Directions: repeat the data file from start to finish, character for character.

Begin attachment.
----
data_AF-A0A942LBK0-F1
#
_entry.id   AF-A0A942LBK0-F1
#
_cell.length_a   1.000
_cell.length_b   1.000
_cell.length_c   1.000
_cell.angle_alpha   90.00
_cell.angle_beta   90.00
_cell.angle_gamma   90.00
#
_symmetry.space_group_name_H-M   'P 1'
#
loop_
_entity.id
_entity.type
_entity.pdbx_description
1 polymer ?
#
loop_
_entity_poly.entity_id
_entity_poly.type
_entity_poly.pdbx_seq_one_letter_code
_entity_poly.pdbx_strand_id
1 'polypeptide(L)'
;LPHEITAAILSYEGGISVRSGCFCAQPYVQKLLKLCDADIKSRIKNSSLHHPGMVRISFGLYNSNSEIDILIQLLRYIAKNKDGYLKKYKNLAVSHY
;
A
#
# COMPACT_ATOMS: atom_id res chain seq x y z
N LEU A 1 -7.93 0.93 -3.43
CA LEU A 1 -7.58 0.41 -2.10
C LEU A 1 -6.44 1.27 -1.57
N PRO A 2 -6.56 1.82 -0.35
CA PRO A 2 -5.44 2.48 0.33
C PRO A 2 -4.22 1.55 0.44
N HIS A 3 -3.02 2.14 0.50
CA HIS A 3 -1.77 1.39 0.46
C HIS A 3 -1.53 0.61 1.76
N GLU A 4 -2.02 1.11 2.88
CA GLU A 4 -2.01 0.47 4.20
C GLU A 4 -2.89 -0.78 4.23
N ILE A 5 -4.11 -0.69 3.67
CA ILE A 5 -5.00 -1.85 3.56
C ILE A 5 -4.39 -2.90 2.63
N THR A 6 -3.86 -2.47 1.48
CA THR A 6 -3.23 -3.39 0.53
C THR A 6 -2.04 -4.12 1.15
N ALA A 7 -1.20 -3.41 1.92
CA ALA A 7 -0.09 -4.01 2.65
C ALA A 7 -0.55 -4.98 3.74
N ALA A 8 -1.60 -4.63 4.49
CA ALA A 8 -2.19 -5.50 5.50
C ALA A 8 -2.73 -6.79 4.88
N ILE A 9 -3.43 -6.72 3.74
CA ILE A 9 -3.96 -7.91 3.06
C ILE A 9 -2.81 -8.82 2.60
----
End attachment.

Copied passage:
data_AF-A0A942LBK0-F1
#
_entry.id   AF-A0A942LBK0-F1
#
_cell.length_a   1.000
_cell.length_b   1.000
_cell.length_c   1.000
_cell.angle_alpha   90.00
_cell.angle_beta   90.00
_cell.angle_gamma   90.00
#
_symmetry.space_group_name_H-M   'P 1'
#
loop_
_entity.id
_entity.type
_entity.pdbx_description
1 polymer ?
#
loop_
_entity_poly.entity_id
_entity_poly.type
_entity_poly.pdbx_seq_one_letter_code
_entity_poly.pdbx_strand_id
1 'polypeptide(L)'
;LPHEITAAILSYEGGISVRSGCFCAQPYVQKLLKLCDADIKSRIKNSSLHHPGMVRISFGLYNSNSEIDILIQLLRYIAKNKDGYLKKYKNLAVSHY
;
A
#
# COMPACT_ATOMS: atom_id res chain seq x y z
N LEU A 1 -7.93 0.93 -3.43
CA LEU A 1 -7.58 0.41 -2.10
C LEU A 1 -6.44 1.27 -1.57
N PRO A 2 -6.56 1.82 -0.35
CA PRO A 2 -5.44 2.48 0.33
C PRO A 2 -4.22 1.55 0.44
N HIS A 3 -3.02 2.14 0.50
CA HIS A 3 -1.77 1.39 0.46
C HIS A 3 -1.53 0.61 1.76
N GLU A 4 -2.02 1.11 2.88
CA GLU A 4 -2.01 0.47 4.20
C GLU A 4 -2.89 -0.78 4.23
N ILE A 5 -4.11 -0.69 3.67
CA ILE A 5 -5.00 -1.85 3.56
C ILE A 5 -4.39 -2.90 2.63
N THR A 6 -3.86 -2.47 1.48
CA THR A 6 -3.23 -3.39 0.53
C THR A 6 -2.04 -4.12 1.15
N ALA A 7 -1.20 -3.41 1.92
CA ALA A 7 -0.09 -4.01 2.65
C ALA A 7 -0.55 -4.98 3.74
N ALA A 8 -1.60 -4.63 4.49
CA ALA A 8 -2.19 -5.50 5.50
C ALA A 8 -2.73 -6.79 4.88
N ILE A 9 -3.43 -6.72 3.74
CA ILE A 9 -3.96 -7.91 3.06
C ILE A 9 -2.81 -8.82 2.60